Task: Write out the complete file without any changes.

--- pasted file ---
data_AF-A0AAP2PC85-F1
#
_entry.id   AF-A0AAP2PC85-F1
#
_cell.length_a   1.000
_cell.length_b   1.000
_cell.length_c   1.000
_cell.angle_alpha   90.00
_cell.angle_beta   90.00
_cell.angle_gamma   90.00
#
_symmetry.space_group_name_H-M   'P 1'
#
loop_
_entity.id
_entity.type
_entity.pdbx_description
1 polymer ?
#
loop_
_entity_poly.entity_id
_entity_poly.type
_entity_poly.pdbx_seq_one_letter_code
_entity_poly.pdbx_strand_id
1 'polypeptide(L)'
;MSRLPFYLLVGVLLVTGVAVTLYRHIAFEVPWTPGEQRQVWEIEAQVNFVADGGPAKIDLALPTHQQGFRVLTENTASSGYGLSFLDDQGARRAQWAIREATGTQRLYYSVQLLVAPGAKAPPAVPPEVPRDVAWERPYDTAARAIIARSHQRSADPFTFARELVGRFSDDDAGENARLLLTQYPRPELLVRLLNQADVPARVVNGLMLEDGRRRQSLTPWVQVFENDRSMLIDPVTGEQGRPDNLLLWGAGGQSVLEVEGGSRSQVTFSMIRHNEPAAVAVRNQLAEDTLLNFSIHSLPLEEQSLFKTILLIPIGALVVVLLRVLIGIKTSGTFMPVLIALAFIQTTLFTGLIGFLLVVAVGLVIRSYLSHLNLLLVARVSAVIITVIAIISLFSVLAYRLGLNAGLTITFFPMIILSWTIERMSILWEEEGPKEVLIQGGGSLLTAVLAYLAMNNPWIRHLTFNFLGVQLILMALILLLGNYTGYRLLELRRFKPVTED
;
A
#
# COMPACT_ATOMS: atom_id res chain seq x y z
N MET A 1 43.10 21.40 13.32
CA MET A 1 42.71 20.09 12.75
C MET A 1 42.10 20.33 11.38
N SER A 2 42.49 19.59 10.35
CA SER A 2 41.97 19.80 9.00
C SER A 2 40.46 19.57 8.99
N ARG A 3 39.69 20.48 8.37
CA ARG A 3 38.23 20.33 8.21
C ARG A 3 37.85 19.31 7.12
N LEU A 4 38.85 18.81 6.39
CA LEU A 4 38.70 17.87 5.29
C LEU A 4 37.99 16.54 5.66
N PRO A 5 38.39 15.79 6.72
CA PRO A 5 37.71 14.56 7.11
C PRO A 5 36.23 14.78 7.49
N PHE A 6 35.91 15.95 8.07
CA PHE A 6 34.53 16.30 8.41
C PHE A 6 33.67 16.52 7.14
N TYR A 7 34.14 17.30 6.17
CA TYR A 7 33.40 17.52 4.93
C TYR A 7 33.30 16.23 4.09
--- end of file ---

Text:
data_AF-A0AAP2PC85-F1
#
_entry.id   AF-A0AAP2PC85-F1
#
_cell.length_a   1.000
_cell.length_b   1.000
_cell.length_c   1.000
_cell.angle_alpha   90.00
_cell.angle_beta   90.00
_cell.angle_gamma   90.00
#
_symmetry.space_group_name_H-M   'P 1'
#
loop_
_entity.id
_entity.type
_entity.pdbx_description
1 polymer ?
#
loop_
_entity_poly.entity_id
_entity_poly.type
_entity_poly.pdbx_seq_one_letter_code
_entity_poly.pdbx_strand_id
1 'polypeptide(L)'
;MSRLPFYLLVGVLLVTGVAVTLYRHIAFEVPWTPGEQRQVWEIEAQVNFVADGGPAKIDLALPTHQQGFRVLTENTASSGYGLSFLDDQGARRAQWAIREATGTQRLYYSVQLLVAPGAKAPPAVPPEVPRDVAWERPYDTAARAIIARSHQRSADPFTFARELVGRFSDDDAGENARLLLTQYPRPELLVRLLNQADVPARVVNGLMLEDGRRRQSLTPWVQVFENDRSMLIDPVTGEQGRPDNLLLWGAGGQSVLEVEGGSRSQVTFSMIRHNEPAAVAVRNQLAEDTLLNFSIHSLPLEEQSLFKTILLIPIGALVVVLLRVLIGIKTSGTFMPVLIALAFIQTTLFTGLIGFLLVVAVGLVIRSYLSHLNLLLVARVSAVIITVIAIISLFSVLAYRLGLNAGLTITFFPMIILSWTIERMSILWEEEGPKEVLIQGGGSLLTAVLAYLAMNNPWIRHLTFNFLGVQLILMALILLLGNYTGYRLLELRRFKPVTED
;
A
#
# COMPACT_ATOMS: atom_id res chain seq x y z
N MET A 1 43.10 21.40 13.32
CA MET A 1 42.71 20.09 12.75
C MET A 1 42.10 20.33 11.38
N SER A 2 42.49 19.59 10.35
CA SER A 2 41.97 19.80 9.00
C SER A 2 40.46 19.57 8.99
N ARG A 3 39.69 20.48 8.37
CA ARG A 3 38.23 20.33 8.21
C ARG A 3 37.85 19.31 7.12
N LEU A 4 38.85 18.81 6.39
CA LEU A 4 38.70 17.87 5.29
C LEU A 4 37.99 16.54 5.66
N PRO A 5 38.39 15.79 6.72
CA PRO A 5 37.71 14.56 7.11
C PRO A 5 36.23 14.78 7.49
N PHE A 6 35.91 15.95 8.07
CA PHE A 6 34.53 16.30 8.41
C PHE A 6 33.67 16.52 7.14
N TYR A 7 34.14 17.30 6.17
CA TYR A 7 33.40 17.52 4.93
C TYR A 7 33.30 16.23 4.09